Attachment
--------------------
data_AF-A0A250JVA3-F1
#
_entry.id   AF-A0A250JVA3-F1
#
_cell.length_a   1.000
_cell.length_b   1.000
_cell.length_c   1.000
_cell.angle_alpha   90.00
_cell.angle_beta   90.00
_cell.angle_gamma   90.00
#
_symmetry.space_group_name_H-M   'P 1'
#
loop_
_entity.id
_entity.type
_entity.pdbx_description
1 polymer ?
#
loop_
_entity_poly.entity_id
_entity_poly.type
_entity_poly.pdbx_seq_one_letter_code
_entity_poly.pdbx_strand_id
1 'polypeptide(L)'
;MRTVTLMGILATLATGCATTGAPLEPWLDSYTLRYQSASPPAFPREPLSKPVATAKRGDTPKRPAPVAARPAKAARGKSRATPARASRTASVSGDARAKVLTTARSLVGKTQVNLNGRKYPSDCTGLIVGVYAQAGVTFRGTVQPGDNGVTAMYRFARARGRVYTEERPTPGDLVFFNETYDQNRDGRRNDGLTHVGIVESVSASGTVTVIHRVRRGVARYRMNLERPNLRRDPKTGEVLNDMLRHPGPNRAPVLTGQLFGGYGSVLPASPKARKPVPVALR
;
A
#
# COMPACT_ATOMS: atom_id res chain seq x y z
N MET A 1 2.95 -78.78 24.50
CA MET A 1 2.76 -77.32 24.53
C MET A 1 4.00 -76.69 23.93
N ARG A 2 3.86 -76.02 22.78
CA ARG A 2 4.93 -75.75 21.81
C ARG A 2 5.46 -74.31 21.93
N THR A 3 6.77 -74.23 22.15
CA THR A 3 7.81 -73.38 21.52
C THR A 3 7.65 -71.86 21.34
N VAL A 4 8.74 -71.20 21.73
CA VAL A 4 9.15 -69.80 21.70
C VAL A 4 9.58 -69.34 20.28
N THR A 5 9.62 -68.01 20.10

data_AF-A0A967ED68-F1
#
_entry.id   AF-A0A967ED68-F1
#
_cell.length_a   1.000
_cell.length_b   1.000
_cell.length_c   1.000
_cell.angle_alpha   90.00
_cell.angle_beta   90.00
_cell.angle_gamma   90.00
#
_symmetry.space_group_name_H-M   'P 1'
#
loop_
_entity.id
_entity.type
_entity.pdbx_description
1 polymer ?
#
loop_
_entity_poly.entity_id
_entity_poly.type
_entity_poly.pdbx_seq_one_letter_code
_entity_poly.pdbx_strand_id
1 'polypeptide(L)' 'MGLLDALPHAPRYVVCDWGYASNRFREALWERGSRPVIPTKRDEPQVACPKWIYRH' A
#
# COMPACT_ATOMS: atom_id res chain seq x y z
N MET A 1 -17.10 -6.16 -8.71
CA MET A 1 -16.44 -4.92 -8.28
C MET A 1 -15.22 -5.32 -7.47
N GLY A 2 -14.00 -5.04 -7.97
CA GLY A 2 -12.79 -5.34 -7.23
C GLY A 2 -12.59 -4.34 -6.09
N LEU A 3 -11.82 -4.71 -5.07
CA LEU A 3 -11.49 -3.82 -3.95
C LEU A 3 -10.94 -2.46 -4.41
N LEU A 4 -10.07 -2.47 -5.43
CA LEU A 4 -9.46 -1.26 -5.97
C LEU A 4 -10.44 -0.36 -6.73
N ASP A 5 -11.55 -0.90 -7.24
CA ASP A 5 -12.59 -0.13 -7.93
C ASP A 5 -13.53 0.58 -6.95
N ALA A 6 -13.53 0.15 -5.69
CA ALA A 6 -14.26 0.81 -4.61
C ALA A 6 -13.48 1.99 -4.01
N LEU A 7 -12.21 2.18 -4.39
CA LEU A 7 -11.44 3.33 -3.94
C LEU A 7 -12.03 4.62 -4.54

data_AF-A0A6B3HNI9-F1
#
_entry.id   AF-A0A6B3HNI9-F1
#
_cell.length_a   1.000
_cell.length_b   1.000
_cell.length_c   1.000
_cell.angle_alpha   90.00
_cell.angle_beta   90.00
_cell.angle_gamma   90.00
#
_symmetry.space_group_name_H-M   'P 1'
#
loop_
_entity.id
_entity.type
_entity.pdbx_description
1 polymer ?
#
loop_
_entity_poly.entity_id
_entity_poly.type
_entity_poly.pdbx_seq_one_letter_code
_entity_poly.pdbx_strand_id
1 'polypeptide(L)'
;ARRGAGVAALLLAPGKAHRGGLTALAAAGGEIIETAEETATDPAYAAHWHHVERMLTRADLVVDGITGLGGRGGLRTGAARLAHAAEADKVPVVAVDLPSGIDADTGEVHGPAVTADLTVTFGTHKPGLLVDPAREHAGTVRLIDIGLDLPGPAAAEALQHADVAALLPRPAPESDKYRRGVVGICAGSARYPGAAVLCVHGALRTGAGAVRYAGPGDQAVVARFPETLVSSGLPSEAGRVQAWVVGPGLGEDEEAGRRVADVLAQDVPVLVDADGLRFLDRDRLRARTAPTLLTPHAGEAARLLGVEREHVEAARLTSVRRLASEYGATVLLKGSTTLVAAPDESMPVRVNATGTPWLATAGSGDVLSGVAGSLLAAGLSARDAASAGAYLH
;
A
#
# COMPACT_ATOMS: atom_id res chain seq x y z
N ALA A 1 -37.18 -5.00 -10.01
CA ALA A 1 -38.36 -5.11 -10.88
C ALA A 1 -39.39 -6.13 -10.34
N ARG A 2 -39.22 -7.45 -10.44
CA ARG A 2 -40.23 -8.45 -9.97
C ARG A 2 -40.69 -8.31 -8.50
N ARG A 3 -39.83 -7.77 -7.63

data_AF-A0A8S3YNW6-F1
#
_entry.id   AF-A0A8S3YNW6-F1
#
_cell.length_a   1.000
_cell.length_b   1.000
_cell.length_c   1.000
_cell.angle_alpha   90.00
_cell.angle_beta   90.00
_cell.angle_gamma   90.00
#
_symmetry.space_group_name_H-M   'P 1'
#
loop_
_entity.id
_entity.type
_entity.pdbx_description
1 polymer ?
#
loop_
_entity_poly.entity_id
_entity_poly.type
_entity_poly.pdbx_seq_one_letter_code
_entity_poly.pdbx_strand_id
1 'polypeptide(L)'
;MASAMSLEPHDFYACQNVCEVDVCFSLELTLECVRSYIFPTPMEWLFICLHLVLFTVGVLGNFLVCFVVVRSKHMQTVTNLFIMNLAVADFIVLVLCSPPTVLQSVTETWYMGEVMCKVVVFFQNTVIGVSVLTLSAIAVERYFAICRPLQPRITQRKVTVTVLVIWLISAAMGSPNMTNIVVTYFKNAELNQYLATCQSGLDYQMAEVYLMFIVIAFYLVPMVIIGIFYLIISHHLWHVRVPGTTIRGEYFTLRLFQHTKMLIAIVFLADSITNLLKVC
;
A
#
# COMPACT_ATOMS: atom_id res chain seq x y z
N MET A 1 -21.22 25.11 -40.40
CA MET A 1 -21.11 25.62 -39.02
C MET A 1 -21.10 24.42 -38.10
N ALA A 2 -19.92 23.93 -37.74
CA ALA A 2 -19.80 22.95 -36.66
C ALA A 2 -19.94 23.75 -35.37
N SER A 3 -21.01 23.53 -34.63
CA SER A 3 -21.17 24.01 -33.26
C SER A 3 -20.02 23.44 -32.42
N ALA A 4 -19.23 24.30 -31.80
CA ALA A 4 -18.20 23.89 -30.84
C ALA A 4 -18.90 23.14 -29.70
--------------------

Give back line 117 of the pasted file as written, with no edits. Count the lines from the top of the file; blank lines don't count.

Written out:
;ARRGAGVAALLLAPGKAHRGGLTALAAAGGEIIETAEETATDPAYAAHWHHVERMLTRADLVVDGITGLGGRGGLRTGAARLAHAAEADKVPVVAVDLPSGIDADTGEVHGPAVTADLTVTFGTHKPGLLVDPAREHAGTVRLIDIGLDLPGPAAAEALQHADVAALLPRPAPESDKYRRGVVGICAGSARYPGAAVLCVHGALRTGAGAVRYAGPGDQAVVARFPETLVSSGLPSEAGRVQAWVVGPGLGEDEEAGRRVADVLAQDVPVLVDADGLRFLDRDRLRARTAPTLLTPHAGEAARLLGVEREHVEAARLTSVRRLASEYGATVLLKGSTTLVAAPDESMPVRVNATGTPWLATAGSGDVLSGVAGSLLAAGLSARDAASAGAYLH